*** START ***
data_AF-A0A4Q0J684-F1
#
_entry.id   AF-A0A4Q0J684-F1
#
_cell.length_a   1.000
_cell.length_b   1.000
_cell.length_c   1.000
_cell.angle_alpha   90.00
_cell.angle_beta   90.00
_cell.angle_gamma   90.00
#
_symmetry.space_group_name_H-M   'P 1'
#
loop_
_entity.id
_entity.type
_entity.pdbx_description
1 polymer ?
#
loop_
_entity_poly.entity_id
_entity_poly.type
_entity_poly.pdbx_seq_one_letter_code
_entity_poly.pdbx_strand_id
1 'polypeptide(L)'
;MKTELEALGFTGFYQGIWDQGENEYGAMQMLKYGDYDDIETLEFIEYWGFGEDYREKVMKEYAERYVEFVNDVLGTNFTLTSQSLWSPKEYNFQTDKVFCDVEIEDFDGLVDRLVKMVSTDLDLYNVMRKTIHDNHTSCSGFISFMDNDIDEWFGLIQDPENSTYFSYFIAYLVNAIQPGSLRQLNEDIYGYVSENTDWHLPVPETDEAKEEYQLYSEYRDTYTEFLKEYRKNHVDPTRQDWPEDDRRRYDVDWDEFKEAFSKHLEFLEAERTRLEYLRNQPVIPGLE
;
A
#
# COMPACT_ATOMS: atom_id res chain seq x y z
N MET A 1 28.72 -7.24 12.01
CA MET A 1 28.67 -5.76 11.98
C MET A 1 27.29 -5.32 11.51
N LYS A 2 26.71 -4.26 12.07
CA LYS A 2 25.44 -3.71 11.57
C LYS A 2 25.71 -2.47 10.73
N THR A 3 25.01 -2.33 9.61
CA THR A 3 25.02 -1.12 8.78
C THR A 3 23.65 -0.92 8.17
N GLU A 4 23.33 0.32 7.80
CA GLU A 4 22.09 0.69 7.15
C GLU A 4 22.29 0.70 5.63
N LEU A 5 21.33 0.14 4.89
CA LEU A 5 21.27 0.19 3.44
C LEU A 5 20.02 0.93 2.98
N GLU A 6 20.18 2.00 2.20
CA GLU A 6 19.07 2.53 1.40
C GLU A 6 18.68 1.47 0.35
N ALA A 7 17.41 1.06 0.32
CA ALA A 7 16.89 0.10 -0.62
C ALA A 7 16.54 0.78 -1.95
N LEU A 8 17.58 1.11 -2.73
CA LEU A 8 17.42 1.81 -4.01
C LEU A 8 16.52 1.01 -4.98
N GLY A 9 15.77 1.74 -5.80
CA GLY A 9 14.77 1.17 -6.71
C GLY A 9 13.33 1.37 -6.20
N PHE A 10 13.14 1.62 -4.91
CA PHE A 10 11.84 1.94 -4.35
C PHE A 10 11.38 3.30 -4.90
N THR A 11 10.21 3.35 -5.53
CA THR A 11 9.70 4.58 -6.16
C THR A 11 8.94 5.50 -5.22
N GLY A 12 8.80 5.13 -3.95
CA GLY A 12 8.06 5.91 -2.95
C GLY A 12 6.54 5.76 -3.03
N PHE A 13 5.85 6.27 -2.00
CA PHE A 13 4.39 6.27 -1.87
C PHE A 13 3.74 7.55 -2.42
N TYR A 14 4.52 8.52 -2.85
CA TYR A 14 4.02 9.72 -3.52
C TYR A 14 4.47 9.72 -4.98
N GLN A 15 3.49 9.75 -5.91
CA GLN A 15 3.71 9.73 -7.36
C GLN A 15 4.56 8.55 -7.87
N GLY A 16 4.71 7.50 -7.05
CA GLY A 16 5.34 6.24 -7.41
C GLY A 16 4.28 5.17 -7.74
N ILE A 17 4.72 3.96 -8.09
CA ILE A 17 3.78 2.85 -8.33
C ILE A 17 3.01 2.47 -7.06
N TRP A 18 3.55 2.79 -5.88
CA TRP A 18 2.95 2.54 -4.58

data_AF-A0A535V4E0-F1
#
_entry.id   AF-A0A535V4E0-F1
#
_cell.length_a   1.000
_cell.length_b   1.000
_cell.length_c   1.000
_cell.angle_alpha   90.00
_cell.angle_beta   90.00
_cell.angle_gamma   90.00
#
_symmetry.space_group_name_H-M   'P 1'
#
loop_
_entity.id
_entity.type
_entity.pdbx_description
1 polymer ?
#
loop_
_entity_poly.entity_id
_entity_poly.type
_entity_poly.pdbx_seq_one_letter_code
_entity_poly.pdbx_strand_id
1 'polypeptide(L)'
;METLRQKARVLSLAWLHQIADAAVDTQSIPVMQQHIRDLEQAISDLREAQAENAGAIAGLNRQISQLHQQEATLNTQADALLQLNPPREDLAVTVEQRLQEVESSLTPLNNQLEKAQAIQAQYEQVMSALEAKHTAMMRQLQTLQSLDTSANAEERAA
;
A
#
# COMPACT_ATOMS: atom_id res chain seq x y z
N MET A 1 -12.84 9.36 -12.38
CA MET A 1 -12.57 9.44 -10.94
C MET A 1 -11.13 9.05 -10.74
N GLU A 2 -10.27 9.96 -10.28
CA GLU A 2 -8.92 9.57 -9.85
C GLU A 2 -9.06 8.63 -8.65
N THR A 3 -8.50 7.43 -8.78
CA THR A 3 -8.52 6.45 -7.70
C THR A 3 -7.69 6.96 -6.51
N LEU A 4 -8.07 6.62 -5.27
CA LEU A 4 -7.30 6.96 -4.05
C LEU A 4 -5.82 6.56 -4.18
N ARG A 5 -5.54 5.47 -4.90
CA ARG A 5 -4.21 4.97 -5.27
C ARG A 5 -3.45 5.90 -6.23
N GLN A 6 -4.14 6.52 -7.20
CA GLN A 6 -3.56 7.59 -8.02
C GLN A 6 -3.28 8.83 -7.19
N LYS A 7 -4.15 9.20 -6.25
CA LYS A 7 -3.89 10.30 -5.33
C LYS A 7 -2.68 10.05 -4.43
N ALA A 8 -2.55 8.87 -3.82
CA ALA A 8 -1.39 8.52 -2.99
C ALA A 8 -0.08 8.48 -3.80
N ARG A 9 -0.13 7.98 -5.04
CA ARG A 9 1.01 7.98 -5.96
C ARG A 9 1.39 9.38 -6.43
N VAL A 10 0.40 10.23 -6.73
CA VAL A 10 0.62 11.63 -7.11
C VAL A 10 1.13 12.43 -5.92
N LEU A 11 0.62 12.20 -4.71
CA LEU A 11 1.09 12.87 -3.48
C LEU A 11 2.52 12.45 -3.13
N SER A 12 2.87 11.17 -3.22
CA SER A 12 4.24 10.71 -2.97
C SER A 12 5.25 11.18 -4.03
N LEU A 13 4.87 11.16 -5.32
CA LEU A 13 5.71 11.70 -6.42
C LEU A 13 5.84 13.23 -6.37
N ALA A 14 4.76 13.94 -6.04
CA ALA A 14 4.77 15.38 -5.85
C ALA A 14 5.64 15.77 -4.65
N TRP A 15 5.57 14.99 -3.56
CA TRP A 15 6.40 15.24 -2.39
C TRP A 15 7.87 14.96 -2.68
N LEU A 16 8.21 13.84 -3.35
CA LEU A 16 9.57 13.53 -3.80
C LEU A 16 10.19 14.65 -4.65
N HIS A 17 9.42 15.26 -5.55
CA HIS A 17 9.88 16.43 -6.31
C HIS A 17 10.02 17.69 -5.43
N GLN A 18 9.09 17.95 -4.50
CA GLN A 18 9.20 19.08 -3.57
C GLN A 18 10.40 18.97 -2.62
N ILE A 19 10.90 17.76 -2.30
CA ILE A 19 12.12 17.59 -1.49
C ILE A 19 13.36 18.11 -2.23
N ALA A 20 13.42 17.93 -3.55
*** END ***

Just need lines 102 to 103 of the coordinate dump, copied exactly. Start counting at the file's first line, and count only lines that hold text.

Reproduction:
#
loop_